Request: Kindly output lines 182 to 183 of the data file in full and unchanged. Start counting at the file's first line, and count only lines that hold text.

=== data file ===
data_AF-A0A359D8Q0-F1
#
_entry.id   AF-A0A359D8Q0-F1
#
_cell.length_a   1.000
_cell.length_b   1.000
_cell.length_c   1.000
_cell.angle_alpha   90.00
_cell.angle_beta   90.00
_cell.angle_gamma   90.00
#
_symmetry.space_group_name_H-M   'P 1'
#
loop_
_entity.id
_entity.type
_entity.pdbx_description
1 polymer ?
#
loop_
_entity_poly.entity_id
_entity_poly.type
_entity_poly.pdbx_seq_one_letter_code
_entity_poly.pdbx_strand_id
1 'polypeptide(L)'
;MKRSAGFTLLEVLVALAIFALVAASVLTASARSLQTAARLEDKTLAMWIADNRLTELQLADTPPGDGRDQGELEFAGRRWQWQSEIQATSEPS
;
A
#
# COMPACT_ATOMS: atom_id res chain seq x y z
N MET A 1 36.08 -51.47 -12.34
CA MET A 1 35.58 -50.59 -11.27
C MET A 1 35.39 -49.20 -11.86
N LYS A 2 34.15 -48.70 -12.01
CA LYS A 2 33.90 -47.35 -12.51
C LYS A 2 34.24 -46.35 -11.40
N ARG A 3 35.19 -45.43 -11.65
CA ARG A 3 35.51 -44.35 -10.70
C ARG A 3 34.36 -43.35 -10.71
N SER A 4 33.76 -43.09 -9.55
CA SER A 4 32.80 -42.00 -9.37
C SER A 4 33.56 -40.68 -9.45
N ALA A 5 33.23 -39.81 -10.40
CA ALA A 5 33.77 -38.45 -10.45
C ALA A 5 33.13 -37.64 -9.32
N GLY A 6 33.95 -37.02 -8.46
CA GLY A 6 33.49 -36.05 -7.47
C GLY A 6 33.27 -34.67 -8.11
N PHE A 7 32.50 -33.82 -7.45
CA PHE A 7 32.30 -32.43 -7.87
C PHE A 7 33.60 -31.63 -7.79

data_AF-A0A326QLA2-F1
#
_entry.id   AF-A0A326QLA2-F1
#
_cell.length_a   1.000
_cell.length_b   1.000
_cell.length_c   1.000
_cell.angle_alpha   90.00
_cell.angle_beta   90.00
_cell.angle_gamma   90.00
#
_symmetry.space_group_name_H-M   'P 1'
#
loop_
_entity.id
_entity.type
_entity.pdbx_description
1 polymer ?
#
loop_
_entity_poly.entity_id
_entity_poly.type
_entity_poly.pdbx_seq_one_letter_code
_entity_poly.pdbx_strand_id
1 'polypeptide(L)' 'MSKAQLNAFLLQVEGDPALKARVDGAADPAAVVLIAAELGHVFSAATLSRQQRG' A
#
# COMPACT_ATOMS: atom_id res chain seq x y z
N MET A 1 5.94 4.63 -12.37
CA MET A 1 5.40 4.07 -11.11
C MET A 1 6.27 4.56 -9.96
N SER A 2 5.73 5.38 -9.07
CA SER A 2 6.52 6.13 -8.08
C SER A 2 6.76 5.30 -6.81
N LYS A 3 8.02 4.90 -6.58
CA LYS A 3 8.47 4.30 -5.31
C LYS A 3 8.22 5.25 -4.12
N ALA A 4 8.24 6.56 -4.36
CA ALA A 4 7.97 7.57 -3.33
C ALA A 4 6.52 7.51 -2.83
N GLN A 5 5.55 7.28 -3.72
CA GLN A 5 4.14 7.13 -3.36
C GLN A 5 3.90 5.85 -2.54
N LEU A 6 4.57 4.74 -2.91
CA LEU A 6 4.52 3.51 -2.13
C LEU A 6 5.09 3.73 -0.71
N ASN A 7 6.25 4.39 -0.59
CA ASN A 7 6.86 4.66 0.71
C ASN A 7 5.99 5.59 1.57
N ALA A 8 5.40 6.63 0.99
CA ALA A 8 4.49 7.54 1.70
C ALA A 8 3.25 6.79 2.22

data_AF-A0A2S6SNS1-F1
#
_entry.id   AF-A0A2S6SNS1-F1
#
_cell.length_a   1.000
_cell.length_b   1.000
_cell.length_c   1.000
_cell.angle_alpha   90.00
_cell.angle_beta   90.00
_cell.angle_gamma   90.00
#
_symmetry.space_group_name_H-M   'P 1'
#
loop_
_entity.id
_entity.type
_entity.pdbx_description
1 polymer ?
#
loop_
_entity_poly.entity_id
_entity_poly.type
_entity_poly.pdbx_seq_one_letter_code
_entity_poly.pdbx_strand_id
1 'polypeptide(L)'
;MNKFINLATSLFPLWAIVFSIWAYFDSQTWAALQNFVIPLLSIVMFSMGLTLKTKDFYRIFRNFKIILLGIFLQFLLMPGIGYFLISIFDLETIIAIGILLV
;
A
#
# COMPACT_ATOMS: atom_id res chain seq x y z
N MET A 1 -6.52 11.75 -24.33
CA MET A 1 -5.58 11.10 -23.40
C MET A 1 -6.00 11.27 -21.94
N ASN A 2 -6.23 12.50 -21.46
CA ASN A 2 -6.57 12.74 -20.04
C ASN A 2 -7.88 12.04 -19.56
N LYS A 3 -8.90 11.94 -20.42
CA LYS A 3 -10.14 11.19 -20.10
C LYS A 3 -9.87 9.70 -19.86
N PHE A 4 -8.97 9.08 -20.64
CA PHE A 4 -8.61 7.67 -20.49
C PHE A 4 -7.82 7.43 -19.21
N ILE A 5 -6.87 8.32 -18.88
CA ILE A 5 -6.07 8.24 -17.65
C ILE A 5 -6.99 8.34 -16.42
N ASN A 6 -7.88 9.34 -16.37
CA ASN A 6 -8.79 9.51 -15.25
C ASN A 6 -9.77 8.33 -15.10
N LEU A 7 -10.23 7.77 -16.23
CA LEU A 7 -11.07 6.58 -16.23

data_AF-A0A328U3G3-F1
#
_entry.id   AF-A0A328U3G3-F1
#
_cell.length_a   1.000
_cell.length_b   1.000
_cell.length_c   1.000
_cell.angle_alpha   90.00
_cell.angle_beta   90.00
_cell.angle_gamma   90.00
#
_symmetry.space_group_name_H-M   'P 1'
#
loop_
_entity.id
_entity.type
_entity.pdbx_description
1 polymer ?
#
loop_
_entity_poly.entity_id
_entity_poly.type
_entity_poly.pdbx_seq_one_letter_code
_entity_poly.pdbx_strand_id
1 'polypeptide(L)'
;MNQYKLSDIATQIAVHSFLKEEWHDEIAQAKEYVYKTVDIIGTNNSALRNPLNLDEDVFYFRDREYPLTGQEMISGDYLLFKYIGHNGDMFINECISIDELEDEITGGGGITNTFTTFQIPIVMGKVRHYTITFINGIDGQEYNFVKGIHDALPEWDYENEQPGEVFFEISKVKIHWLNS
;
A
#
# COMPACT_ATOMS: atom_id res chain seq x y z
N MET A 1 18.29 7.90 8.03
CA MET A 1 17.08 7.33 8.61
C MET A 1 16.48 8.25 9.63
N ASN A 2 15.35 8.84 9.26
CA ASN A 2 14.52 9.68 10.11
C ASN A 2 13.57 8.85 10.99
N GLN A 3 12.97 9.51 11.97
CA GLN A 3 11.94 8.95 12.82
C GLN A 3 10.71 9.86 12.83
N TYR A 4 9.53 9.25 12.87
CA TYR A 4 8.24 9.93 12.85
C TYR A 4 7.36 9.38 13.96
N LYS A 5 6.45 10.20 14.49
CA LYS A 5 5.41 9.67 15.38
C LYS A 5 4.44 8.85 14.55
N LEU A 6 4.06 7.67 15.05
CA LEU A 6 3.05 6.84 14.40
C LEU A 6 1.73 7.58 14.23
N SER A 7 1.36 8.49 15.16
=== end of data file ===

# COMPACT_ATOMS: atom_id res chain seq x y z
N MET A 1 18.29 7.90 8.03